Pursuing your dream career in a foreign country takes courage and self-belief, as we find out from Cambodia-born fashion designer Meas Sothmeta.
“In society, we have to play a role and put on a mask at times to be accepted and successful,” says 23-year-old Meas Sothmeta. The budding fashion designer translates her worldly observations into wearable works of art, evidenced by her thought-provoking collection ‘Alienated’ which features pierced ring hardware, buckles and even wax adorns. Her labours of love have proven successful since chasing her dream – taking her from humble beginnings in her hometown, to the glitzy runways of the recent Singapore Fashion Week 2017. We caught up with the creative wunderkind on parental pressures, the challenges she’s faced, and the changes she hopes to see in the world.
Congratulations on your graduate showcase at Singapore Fashion Week 2017! How was the experience?
Thank you! It was surreal to watch my designs being showcased to the public and remembering my four years of hard work as a MDIS student. I was thrilled to be part of this tremendous event.
Was it your first runway showcase? How did you prepare for it?
Yes, it was my debut runway showcase. In order to make sure my collection was executed well, I checked through each of my pieces carefully and ensured all the details were up to standard.
How did you discover your passion for fashion design?
I have always been fascinated with fashion design and wanted to make a career of it. My grandmother was my biggest source of inspiration – she was once a tailor and I grew up hearing stories about her work. I also like how clothing can reflect character and tell a story. For me, fashion is really a form of art.
What made you decide to enroll in MDIS School of Fashion and Design?
Upon doing my research, I discovered that MDIS partners with the renowned Nottingham Trent University in the UK to deliver the fashion design course. I felt that it would be exciting to study with people from all over Asia, and I learned a lot from my lecturers and classmates who come from different backgrounds and cultures. We shared and exchanged so many ideas. It’s amazing to be surrounded by creative people.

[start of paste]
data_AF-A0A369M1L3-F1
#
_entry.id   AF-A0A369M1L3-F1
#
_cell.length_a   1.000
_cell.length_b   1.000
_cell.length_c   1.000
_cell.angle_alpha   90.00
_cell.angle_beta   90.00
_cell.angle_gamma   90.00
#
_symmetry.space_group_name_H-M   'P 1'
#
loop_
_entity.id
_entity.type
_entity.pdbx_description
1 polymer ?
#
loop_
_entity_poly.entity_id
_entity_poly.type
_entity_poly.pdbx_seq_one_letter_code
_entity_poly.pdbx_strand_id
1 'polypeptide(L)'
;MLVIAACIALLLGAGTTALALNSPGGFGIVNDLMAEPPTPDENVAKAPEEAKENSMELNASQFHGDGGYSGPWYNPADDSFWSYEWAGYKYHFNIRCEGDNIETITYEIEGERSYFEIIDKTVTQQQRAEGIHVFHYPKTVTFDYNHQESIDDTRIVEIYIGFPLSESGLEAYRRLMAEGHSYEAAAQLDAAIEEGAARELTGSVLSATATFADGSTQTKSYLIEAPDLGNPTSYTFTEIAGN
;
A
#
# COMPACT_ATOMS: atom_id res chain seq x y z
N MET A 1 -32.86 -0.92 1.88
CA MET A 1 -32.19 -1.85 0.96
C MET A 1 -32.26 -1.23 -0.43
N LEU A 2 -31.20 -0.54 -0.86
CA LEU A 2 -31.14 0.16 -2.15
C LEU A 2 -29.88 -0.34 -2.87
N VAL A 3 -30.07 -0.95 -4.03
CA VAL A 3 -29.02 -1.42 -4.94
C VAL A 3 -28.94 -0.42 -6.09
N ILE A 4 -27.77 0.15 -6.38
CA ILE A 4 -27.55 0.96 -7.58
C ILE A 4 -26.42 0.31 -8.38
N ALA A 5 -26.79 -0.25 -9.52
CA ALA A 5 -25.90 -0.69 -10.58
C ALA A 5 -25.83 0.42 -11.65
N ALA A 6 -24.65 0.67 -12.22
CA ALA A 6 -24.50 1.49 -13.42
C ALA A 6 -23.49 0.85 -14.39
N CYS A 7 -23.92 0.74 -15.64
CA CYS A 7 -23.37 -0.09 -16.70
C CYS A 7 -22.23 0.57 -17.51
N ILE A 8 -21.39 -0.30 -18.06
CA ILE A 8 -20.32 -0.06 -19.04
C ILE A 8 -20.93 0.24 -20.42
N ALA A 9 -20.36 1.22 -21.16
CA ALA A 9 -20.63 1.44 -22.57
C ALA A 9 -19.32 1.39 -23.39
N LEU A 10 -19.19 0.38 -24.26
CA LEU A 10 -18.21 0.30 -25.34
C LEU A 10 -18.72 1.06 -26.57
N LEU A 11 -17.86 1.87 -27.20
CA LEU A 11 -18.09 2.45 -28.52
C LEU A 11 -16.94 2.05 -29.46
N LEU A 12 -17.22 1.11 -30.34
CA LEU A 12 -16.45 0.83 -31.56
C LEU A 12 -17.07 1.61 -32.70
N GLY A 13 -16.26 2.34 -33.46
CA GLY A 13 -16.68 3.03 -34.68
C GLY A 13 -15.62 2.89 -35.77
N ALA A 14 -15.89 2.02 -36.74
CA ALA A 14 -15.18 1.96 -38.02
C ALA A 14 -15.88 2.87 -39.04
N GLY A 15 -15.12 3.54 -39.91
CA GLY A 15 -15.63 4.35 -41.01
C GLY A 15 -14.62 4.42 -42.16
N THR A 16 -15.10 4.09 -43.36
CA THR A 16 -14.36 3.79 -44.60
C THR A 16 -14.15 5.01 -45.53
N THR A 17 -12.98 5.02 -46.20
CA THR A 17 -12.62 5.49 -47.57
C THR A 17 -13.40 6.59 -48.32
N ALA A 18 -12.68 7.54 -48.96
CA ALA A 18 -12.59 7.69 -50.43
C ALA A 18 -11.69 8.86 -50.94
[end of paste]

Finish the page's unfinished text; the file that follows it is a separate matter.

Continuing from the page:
How did your family and friends react to your decision to pursue fashion design as a professional career? Were they supportive?
Not in the beginning. It was difficult to decide between following my passion and adhering to my family’s wishes. As fashion design did not appear to have a future in Cambodia, my parents suggested that I think twice and pursue more lucrative majors like pharmaceuticals, medicine or finance instead. Hence, I enrolled in a business economy course in Cambodia for a few months, but it just wasn’t me. When I decided to change courses, my parents didn’t object. In fact, they ended up being very supportive. I think they are happy to see me finding my own calling now.
The graduate showcase was themed ‘Shades of Millennials’. What does being a millennial mean to you?
I feel like being a millennial is always progressive. You’ve got to be fast and smart in every step, and not play it safe all the time.
What’s a misconception about being a millennial that you would like to set straight?
People might think that we’re obsessed with technology, but for me, I use technology as a tool for my work. Being a millennial is a big challenge because there are always negative comments about us being so much different from the earlier generations.
What are your plans after graduation?
I’d like to explore new things, meet new people and be inspired. There’s always room to grow and improve oneself. I also want to learn new designing skills so that I can always be progressive and on track with my designs.
What’s one piece of advice you would like to share with aspiring designers?
Be true to yourself, and do not give up on your passion. Work so hard that you don’t have an excuse to fail and believe in what you are doing. Hard work can beat talent, but once talent and hard work are combined, that’s all it takes to create amazingness.
All photos by: Meas Sothmeta. This article was adapted from the December 2017 issue of Teenage.
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